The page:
"This is the same reason I can tell JC with certainty that I can make more power with fewer cc's than what they have now."
^^^ absolutely true, hell, F1 does it with less CC's and NO TURBOS!!!!
The oldest saying in motorsports that you can have it fast-reliiable-cheap but can only chose two is as true as ever. I wouldn't bother racing if we couldn't be fast and I have essentially zero racecar budget so some reliability gets sacraficed. We have spent big $$$ in past years on big-name motor assemblies that were no more reliable, even at much reduced power levels that wouldn't even be competitive in todays TA racing.
I would love more longevity out of our package but with 11 wins in the last 11 races including many track records, I would say that we are hitting the targets pretty good. If you are offering to set us up with a 2 season lasting motor while not effecting our miniscule budget, then thank you thank you thank you.... :-)
Monday, June 20, 2011 12:02 PM
"JC, yup, this article is your doing. Inspiration can come from ODD PLACES... "
Hey, I resemble that remark...... :-)
Monday, June 20, 2011 12:25 PM
Firsr long rod motor I tried was a 4AG back in 86 or 87, I can't remember. Had simular results. Micha, please share your data! JC which engine developed valvetrain problems after going to a long rod?
Monday, June 20, 2011 12:35 PM
Steve - Dang you and your French! I was going to joke of innuendo as well but I'll just say well placed "adianoeta" throughout den Artikel!
Khiem - Now you've got me wanting an article on the latest piston top designs!
Mike - I'm excited to see if you guys took advantage of the longer rods by raising the pin and CR, while shortening the skirt, etc for power and longevity!?
Mxpop - 2 stroke powerbands were a blast up to about 250ccs. The 500s were so heavy and torquey, they almost felt like 4 strokes. Nothing compares to the 4 stroke technology of the last 15 years though!
Monday, June 20, 2011 12:55 PM
MK, it wasnt going to a longer rod but actually doing a stroker without a rod change, effectively shortening the ratio. I realize I said the rod length was changed but I meant to say the ratio was changed and I didn't say longer.
DB, I raced a Service Honda (CR500 2-stroke in a 250cc Alum frame) which was the best of both worlds at the time. Talk about harmonics, that bike broke shock/fork springs as well as cracked exhausts regularly. That bike was awesome but the marriage came with penalties as always. Modern 4-stroke MX bikes are pretty amazing (my son races a 2011 Kawasaki 250FI 4-stroke) but wouldn't stand a chance against what a modern 2-stroke would be if the 4-strokes werent given significant displacement advantages.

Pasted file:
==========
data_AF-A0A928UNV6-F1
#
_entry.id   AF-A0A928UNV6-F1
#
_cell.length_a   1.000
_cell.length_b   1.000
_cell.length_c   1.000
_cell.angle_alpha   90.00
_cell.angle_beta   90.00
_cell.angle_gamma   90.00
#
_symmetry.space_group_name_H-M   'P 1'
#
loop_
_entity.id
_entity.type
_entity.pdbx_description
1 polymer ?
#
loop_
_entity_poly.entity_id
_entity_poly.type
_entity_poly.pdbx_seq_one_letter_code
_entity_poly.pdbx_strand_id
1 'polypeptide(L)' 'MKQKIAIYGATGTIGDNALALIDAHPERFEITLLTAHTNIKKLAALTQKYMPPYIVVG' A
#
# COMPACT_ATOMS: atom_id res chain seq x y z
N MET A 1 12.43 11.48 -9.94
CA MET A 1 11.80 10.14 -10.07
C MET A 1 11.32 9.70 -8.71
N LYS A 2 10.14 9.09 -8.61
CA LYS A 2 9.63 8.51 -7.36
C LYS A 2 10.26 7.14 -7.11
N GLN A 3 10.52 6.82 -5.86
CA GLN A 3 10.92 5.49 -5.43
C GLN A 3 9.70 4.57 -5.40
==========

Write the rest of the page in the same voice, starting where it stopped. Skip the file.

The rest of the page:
Monday, June 20, 2011 1:35 PM
Modern 2-strokes is of course a contradiction in terms when it comes to motorcycles as it is mostly abandoned (for that application) and hasn't advanced like the marine apps (which are barely in use)
Comparing a 250cc 2stroke to a 250cc 4stroke was never fair and isn't now (combustion per rpm vs combustion per rpm/2)
a 250cc vs 500cc is a much more apples to apples comparo,
and you are right the new 4stroke stuff is silly, and needs rebuilds like the old 2 strokes did
Monday, June 20, 2011 2:48 PM
As good as the best 2st were, imagine if the R&D time/$$$ was spent to make them direct injected and all the Ti and Mg money can buy. Comparing a 250cc 2st to a 500cc 4st (or 450 as the AMA does) may produce similar performance but then again, that simply supports my point that a 2st is a better race motor "unless" you give the 4st a huge displacement advantage. The cost/complexity/packaging of the 4st will always keep it behind a 2st when on equal terms (and I like 4st!) Now, if someone would just come out with a proper 3st we could all be happy.... (and I dont mean Wankel)
IMHO, modern 4st MX bikes are no more complicated or time consuming to do typical maintenance rebuilds on than most power-valve equipped 2st. Replacing a piston and valves on a 4st is similar to replacing a piston and powervalves on a 2st assuming no machine work is needed in either case. FTR, factory recomended piston replacement intervals are similar on each type (but most people extend that interval unless a serious racer).
Anyway, all this 2-4 stroke discussion is getting us off track from Khiem's rod length fascination.... ;-)
Monday, June 20, 2011 2:59 PM
JC Service Honda bikes are badass!
Monday, June 20, 2011 3:33 PM